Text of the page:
CIENFUEGOS, Cuba (Reuters) - Venezuelan President Hugo Chavez proposed on Friday extending a barter scheme used by Cuba to other Caribbean and Central American nations to help them pay for oil supplies with products and services.
At a summit of his growing regional energy alliance, Petrocaribe, the leftist firebrand attacked the United States and other rich consumer nations for squandering their unfair share of world resources.
“In spite of the Yankees, our oil and gas will always be at the service, first of Venezuela, and at the same time of our brother nations of Latin American and the Caribbean,” he said.
“We have begun to create a new geopolitics of oil that is not at the service of the interests of imperialism and big capitalists,” Chavez said in a speech.
Chavez, the fiercest antagonist of the United States in the region despite being a major U.S. oil supplier, opened a revamped Soviet-era refinery in Cienfuegos, Cuba that will supply diesel, gasoline and jet fuel to members of Petrocaribe.
The Petrocaribe alliance, which has bolstered Chavez’s regional influence since it started in 2005, grew to 17 countries on Friday with the entry of Honduras, a traditional U.S. ally. Guatemala’s president-elect also wants to join.
Chavez said the debts of Petrocaribe members to Venezuela has reached $1.16 billion in little more than a year of preferentially financed supplies, and is estimated to rise to $4.6 billion by 2010.
He proposed debts be offset by local products and services, following the example of Cuba, which has sent 20,000 doctors and teachers to Venezuela in exchange for crude and refined products now estimated to value $3 billion a year.
“We propose adding to the financed portion of the oil bill a method of payment that includes the supply of a series of local products and services,” he said.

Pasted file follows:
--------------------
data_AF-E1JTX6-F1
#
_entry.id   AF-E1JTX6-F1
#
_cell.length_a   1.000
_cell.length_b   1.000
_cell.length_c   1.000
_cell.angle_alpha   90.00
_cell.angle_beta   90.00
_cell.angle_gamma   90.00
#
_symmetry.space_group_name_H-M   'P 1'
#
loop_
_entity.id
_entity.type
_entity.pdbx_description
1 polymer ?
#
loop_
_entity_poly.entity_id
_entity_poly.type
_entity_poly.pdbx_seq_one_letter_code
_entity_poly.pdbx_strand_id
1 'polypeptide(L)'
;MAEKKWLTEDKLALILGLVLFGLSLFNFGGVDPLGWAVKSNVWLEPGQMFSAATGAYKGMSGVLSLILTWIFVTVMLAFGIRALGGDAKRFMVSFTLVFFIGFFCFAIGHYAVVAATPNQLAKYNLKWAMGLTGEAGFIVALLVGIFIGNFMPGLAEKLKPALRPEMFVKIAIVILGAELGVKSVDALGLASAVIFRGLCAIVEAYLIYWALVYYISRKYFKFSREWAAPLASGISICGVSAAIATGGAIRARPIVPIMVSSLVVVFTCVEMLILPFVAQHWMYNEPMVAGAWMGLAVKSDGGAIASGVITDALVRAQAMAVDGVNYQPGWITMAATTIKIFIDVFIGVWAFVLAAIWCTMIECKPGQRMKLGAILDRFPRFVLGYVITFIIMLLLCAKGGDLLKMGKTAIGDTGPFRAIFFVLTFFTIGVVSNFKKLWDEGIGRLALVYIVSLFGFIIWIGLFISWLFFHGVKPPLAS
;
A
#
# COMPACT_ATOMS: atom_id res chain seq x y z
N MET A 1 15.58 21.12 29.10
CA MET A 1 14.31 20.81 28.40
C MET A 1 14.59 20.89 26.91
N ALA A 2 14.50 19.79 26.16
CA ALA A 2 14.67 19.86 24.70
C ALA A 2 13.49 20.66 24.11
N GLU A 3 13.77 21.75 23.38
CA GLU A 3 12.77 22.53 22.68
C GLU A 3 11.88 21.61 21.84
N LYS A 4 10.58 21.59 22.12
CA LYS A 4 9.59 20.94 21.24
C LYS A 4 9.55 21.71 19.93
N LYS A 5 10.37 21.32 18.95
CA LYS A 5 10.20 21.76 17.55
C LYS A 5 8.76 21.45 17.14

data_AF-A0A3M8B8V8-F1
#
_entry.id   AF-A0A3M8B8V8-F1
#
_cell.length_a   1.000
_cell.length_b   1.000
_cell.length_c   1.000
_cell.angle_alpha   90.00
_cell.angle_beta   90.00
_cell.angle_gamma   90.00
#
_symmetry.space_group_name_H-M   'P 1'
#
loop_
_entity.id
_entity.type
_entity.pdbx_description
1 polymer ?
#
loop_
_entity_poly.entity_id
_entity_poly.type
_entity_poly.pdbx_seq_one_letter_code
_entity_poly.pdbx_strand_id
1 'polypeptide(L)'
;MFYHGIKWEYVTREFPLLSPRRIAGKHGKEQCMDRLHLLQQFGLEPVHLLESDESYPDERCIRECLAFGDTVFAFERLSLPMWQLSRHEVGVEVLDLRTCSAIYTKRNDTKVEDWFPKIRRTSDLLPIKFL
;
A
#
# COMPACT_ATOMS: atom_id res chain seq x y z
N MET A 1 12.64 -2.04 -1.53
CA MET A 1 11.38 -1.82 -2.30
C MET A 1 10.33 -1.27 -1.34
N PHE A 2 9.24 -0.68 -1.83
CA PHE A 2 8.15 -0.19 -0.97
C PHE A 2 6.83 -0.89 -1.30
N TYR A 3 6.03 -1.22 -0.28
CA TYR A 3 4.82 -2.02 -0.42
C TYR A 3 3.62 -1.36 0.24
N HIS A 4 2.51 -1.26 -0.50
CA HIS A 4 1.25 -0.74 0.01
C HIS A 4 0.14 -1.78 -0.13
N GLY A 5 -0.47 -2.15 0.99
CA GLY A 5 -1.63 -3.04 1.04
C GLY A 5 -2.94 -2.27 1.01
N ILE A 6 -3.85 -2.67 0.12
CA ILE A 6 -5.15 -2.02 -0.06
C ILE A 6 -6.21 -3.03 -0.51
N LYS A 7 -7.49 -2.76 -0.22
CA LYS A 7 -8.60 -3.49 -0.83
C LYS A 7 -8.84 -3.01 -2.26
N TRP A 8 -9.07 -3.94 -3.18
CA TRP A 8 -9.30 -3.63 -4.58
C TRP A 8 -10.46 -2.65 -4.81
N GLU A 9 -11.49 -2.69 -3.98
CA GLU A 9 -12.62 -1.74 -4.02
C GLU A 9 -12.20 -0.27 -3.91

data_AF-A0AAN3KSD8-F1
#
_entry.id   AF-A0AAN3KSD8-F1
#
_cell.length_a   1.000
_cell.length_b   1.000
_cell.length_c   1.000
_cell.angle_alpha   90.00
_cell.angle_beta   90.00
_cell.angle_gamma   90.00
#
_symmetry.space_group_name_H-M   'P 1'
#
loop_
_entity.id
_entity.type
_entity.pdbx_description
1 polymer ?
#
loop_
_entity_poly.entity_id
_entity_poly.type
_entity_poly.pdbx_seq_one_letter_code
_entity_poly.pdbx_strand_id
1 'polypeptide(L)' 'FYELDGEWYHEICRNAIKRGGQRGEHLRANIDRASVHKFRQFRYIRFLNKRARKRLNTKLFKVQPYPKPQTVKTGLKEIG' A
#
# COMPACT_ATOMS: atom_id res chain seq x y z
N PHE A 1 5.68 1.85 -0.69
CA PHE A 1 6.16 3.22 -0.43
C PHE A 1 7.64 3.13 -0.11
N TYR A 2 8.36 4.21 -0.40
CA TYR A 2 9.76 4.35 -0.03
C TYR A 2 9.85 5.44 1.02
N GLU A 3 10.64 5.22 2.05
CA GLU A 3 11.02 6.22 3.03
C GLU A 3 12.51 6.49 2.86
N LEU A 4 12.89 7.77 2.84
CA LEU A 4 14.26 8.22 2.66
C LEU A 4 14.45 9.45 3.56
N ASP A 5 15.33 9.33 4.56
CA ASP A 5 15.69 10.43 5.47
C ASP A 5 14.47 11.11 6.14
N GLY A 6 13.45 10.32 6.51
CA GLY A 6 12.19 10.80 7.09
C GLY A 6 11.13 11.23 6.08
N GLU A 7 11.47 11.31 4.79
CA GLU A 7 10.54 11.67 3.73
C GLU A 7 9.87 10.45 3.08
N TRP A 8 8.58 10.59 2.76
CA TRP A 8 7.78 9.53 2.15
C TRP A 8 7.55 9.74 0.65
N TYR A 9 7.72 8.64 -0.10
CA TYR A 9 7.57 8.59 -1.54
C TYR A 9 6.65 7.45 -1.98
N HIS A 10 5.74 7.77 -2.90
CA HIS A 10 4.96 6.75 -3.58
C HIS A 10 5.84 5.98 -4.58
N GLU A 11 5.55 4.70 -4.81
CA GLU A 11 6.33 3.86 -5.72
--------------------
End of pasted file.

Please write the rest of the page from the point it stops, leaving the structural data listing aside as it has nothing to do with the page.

Venezuelan Energy and Petroleum Minister Rafael Ramirez said the barter scheme had worked very well for Venezuela. “It has allowed us to lift up our health system and education,” Ramirez told reporters.
Petrocaribe allows members to defer payment on 40 percent of their Venezuelan oil bill for up to 25 years, with interest of only 1 percent.
Critics say the deal supplies oil at market prices and is increasing the indebtedness of small Caribbean states.
Billboards featuring Chavez and ailing Cuban leader Fidel Castro greeted the Venezuelan president in Cienfuegos, a port city 160 miles southwest of Havana. Castro has not appeared in public since falling ill in mid-2006. His brother and acting Cuban President Raul Castro co-hosted the summit.
Chavez has helped Cuba’s economically battered economy stay afloat with 92,000 barrels per day of crude oil paid for by the medical services of Cuban doctors treating Venezuela’s poor.
In addition, Cuba has started receiving crude shipments for the 65,000-bpd Cienfuegos refinery, a joint venture between Cuban state oil company CUPET and Venezuelan counterpart PDVSA, which has invested $166 million in restarting the plant.
The refinery was mothballed 12 years ago after the Soviet Union collapsed, depriving Cuba of subsidized oil supplies and technology and plunging it into a deep economic crisis.
The Cienfuegos refinery will produce fuel oil, diesel, gasoline and jet fuel for the Cuban domestic market and for export to Nicaragua, Belize, Honduras and Haiti.
At its opening, Chavez said Petrocaribe planned to build 10 refineries and refurbish another eight at a cost of $22 billion over the next 10 years to cover the region’s supply of refined products.
Raul Castro, running Cuba since his brother underwent stomach surgery 16 months ago, said the U.S. trade embargo had prevented Cuba from operating the Cienfuegos refinery since 1995.
“It has not been easy to keep our socialist revolution going with a fierce enemy 90 miles away, but we are here to stay,” he said.
Editing by Eric Walsh